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Sixth Form Curriculum

Volume 656: debated on Monday 11 March 2019

We want young people to have a range of options so that they can mature and develop the skills they will need in adult life. There was a wide consultation on reforming A-levels to ensure that they meet the needs of the future, and the new T-levels will increase the options available. I should add that £600 a year for each additional student taking maths A-level to increase take-up is now on the table.

The Minister will be well aware that we have seen a significant reduction in the take-up of subjects at sixth form level, with a 57% reduction in German, a 38% cut in Spanish, a 35% cut in French and a 38% drop in science, technology, engineering and maths—STEM—subjects. This is down to a 21% real-terms cut in education funding for sixth forms. Does she not share my concern that the young people in the secondary schools in my area will not have the same opportunities as we enjoyed when we were at school?

We recognise that there is an issue around languages, but when I think about some of the good work that is being done on STEM subjects in particular, I am very impressed with what is going on.

21. Given that the UK has one of the lowest levels of women engineers anywhere in Europe, what steps are being taken to encourage girls to study physics as well as maths at A-level? (909696)

It is extremely important that girls and women have exactly the same opportunities and are represented at all levels, not only in engineering. We know that 44% of our STEM ambassadors are female, and we are investing in programmes such as the advanced maths support programme and the stimulating physics network, both of which help to increase participation, particularly among girls. I have seen lots of apprentices over the past week, and interestingly, more than a quarter of the apprentices in STEM subjects are women.[Official Report, 19 March 2019, Vol. 656, c. 5MC.]

With more than three quarters of schools and colleges post-16 reporting a significant reduction in support for extracurricular services and in all other means of supporting students, such as mental health services, is it not time to raise the rate and to address this real problem in post-16 funding?

I know that the hon. Gentleman has been a doughty champion of raising the rate, not least as a result of his experience in the education sector. I visited a sixth form college last Friday, and I am aware of the challenges that they are facing, as is the Secretary of State. We have protected base rates, but of course all this will be looked at in the context of the spending review.

The curriculum, diverse or otherwise, can be successfully delivered only if students attend. Will the Minister condemn the growing trend of students going on strike to protest against current political issues?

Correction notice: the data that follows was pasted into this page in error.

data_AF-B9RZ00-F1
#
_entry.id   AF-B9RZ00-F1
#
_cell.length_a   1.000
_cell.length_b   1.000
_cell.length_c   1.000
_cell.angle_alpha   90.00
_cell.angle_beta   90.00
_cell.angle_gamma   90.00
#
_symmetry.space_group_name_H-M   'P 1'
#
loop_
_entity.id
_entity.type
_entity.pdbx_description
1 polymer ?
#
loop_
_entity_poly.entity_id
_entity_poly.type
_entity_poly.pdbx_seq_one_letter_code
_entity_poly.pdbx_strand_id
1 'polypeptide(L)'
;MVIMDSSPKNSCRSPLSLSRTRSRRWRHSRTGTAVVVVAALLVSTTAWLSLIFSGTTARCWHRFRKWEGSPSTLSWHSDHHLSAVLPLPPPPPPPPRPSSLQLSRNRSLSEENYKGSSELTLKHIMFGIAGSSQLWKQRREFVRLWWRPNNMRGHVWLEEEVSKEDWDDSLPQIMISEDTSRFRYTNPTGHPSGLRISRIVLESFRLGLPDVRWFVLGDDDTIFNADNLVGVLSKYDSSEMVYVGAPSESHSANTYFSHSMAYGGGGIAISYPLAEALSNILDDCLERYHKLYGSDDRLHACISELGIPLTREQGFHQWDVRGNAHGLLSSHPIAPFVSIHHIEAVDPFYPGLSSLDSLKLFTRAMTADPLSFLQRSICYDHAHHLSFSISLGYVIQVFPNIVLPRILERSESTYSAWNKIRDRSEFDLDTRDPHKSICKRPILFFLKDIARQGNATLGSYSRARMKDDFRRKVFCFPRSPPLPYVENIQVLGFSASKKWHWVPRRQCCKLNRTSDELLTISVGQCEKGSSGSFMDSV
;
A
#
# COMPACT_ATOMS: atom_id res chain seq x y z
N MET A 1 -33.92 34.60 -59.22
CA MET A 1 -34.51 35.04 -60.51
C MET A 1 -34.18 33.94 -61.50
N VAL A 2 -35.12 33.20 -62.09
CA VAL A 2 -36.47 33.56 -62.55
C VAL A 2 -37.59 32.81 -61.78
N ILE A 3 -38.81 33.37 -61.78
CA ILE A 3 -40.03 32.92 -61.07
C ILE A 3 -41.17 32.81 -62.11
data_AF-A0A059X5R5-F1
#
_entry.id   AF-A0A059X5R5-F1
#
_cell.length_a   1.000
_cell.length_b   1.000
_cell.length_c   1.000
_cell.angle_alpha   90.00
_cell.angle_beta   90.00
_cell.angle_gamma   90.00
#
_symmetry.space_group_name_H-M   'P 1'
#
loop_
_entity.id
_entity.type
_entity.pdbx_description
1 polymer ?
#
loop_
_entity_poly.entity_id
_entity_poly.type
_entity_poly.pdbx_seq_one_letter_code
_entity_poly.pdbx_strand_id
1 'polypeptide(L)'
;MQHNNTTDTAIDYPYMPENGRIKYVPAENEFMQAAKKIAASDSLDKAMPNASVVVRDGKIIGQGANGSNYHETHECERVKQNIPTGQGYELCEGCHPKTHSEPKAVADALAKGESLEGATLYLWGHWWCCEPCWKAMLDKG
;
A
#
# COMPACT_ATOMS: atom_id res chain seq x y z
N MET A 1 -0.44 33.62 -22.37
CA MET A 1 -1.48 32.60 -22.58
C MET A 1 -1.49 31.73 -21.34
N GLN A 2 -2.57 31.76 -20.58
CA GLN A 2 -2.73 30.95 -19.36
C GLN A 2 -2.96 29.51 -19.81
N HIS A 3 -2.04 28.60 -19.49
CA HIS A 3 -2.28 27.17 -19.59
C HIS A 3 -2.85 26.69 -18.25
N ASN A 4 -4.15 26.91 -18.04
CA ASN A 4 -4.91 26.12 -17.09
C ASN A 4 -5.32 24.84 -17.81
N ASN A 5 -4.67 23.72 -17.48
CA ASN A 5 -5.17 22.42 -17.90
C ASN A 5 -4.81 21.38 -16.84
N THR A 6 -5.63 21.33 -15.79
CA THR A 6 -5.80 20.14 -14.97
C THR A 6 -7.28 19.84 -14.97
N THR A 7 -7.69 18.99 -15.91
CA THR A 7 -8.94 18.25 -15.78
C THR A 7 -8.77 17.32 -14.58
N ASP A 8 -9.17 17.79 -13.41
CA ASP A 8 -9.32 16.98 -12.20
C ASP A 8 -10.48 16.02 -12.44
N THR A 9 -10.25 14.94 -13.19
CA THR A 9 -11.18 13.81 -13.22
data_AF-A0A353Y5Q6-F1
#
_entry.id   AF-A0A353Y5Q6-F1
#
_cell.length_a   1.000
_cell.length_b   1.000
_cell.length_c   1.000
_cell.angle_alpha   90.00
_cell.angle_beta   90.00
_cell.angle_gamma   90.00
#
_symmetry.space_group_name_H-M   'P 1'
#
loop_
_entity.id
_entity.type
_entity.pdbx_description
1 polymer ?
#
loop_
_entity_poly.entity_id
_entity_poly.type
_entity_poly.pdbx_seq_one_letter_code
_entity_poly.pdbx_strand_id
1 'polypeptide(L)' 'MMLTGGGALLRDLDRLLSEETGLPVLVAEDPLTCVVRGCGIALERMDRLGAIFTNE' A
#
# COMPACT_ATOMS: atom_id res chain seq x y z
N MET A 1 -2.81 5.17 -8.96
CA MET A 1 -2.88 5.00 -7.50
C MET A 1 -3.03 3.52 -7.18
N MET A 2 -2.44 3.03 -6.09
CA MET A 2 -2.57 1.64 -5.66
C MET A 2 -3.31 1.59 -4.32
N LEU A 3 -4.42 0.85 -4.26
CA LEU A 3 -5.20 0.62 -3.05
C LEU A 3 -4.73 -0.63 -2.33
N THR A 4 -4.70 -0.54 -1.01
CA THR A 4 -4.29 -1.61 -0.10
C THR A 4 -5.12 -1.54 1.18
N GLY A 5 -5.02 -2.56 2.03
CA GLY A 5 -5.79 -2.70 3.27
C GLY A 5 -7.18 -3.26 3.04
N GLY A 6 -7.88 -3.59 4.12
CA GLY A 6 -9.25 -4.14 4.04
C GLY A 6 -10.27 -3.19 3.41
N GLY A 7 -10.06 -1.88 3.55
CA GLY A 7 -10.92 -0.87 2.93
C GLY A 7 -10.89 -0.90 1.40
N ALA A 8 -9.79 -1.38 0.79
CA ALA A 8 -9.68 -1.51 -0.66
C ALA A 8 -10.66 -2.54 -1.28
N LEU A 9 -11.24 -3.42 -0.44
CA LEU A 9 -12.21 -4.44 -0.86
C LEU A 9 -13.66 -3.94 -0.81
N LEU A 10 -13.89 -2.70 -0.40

My hon. Friend believes that it is a growing trend; I do not know that it is a trend. I think we all agree that it is good when young people are passionate about the issues that they care about. I do not believe that anybody should go on strike as such, but I am sure that those students made up their studies in their own time and at weekends.

The 15,000 young people who protested about climate change last month in the Youth Strike 4 Climate were passionate and committed. Instead of condemning them or branding their actions as truancy, as some would do, would it not be better for the Government to review the curriculum to ensure that greater importance is attached to the urgency of attending to the ecological crisis that we face?

We would like to see those young people who have an interest in climate change becoming the engineers and scientists of the future, particularly the young women among them. It is important that people who care passionately about these subjects should use that passion to take up careers that will make a real difference to our climate.

In the past few days, research has exposed one of the devastating impacts of cuts to the curriculum in schools and sixth forms: music provision has fallen by over a fifth in five years, with schools in the most deprived areas suffering the worst. That was among the concerns raised by 7,000 headteachers last week, but the Secretary of State refused to meet them. Let me make it clear that I would happily meet those headteachers any time. The question is: will the Education Secretary now agree to do the same?

Yes, we have invested £500 million in music and the arts. To put that into context, the hon. Lady should be aware that the Secretary of State met headteachers on Thursday, Friday and Saturday. He did not meet any on Sunday, but I am sure that he will meet more headteachers this week, so there has been no snub from the Secretary of State. He meets headteachers all the time—[Interruption.] From a sedentary position, the hon. Lady suggests that the Secretary of State refuses to meet headteachers, but that is not the case. That is not an honest representation of the Secretary of State that I know—[Interruption.]

Order. Please stop issuing instructions to withdraw. The statement from the Minister was borderline, because there can be no accusation of anything other than honesty in the Chamber, so I was happy to leave it there. I do not require advice or help from any other quarter.